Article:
(KAIT) -The drawdown of Lake Poinsett seems to be going quicker than I thought it would. Since the pool is getting smaller, from one weekend to the next, it seems to be dropping exponentially. Each week seems to expose another 15-20 feet of lake bed. Although the latest picture I've posted was taken last Saturday (9/30), I made a trip back Monday (10/2) to fish the lake with my grandson, Dyllan.
I was thinking like a lot of other people, since the fish are more concentrated, I would have a better chance to catch a lot of good fish. Well, catching fish was not what we experienced. By the time we got into the lake, the wind was blowing about 15-20 mph. It stayed windy the entire time we fished. We couldn't really fish around the exposed trees, because the wind kept us bouncing off of the thick stand of stick-ups.
The water is very shallow for hundreds of feet from the bank, which makes it hard to run a trolling motor without boiling up a large amount of silt from the lake bed. There are even areas in the main part of the lake that are only a few feet deep. I checked a couple of places that I would have thought was the deeper part of the lake (I didn't have a depth finder and I don't know where the channel is) and found out that there was only about 8-10 feet of water in those areas. I have fished Lake Poinsett for many years, with it at normal pool. I knew there were some trees and stumps sticking up above the water surface, but I had no idea of how much was hidden beneath the surface in the middle of the lake.
If you plan to fish the lake from a boat, there are a couple of things you need to know. First of all, the AGFC has put a sign at the end of the concrete ramp, stating that vehicles are not allowed on the lake bed. If you are like me, I am willing to drag a small boat to the water and carry my gear to the boat, in the hopes of catching a lot of good fish. Being the law-abiding citizen that I am, that is what Dyllan and I did. We unloaded the batteries, trolling motor, and all of the heavy gear so we could drag the boat down to the water. I had expected to wade a few feet of mud to reach the water, but I was startled at what we ran into.
If you note in the picture I posted today, the bank looks dry to within about 30 feet of the water. The first few feet of the part that looks damp is actually mud that has dried about three inches deep, and looks deceptively firm. What actually happens is that you step on the dried surface then the bottom falls out underneath it. You end up halfway to your knees in a very thick mud that acts like quicksand. The longer you stand in one spot, the deeper you go. At that point you find out that you can't remove your feet from the mud. I literally had to use my hands like a shovel to dig enough mud from around Dyllan’s foot so he could get it out, then I had to dig out his other foot. After doing that about three times I sent him to the drier part of the bank, and dragged the boat by myself.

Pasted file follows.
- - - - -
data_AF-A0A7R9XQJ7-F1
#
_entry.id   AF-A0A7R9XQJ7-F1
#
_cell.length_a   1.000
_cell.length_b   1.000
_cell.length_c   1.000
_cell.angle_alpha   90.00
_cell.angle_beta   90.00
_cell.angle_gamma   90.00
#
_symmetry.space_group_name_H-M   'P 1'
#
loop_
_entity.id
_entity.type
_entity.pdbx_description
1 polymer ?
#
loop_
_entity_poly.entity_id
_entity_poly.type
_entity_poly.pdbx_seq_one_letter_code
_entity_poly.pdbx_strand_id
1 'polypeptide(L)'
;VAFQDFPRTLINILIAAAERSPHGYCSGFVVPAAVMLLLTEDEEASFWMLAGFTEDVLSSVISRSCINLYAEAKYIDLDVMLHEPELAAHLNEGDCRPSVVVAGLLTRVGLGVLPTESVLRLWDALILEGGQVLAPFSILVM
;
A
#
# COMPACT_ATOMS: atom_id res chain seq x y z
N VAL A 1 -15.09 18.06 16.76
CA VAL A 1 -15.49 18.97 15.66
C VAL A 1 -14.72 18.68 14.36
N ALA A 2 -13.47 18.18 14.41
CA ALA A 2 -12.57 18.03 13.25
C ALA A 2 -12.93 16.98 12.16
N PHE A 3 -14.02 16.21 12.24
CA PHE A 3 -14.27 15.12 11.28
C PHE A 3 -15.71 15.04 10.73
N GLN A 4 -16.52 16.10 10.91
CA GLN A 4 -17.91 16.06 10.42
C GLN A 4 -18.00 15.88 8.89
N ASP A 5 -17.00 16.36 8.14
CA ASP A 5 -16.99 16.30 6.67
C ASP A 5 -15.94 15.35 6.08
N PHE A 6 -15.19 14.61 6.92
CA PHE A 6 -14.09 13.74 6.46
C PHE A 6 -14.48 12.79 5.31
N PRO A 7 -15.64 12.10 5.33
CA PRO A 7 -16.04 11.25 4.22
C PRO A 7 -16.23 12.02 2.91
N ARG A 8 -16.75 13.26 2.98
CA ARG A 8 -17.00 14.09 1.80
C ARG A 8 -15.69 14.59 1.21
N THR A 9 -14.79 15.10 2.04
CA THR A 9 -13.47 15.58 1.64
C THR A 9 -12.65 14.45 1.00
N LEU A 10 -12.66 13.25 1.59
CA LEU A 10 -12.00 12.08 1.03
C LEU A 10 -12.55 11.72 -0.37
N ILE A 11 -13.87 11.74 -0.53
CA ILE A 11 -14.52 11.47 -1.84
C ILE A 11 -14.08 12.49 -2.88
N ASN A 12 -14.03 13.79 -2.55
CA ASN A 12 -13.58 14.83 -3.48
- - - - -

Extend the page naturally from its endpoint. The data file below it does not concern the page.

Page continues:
I did manage to drag the boat to the water, because the closer I got to the water, the mud was more liquefied, and it made it easier to pick up my feet. At the point of reaching the edge of the water, I was standing in mud and water that reached all the way up to the upper front pockets of my cargo pants. I had to move my wallet to my shirt pocket to keep it from getting soaked. Then I spent about 15 minutes fighting the mud to carry the batteries and other gear down to the boat. After getting in the boat, I made my way over to the levee to pick up my grandson. It was easier for him to get to the boat at the levee, because someone had used some of the old tires from the levee to create steps from the dry part of the levee across the muddy part at the edge of the water. Once I got Dyllan in the boat, we set out to the trees in the middle of the lake to fish. The wind was so strong that it was impossible to do a thorough job of working the area. When we threw a spinner bait, we had to use some “Kentucky Windage” to get the bait where we wanted it. Even doing that didn’t help if the wind blew so hard that the bait wrapped around a tree or stickup. At the end of the trip, we had one crappie and one bass. Hardly worth the hard work it took to get in and out of the lake.
Since I intend to try to fish the lake one more time, I am going to talk to Brett Timmons with the AGFC about the project, and will post a follow up story later today or tomorrow.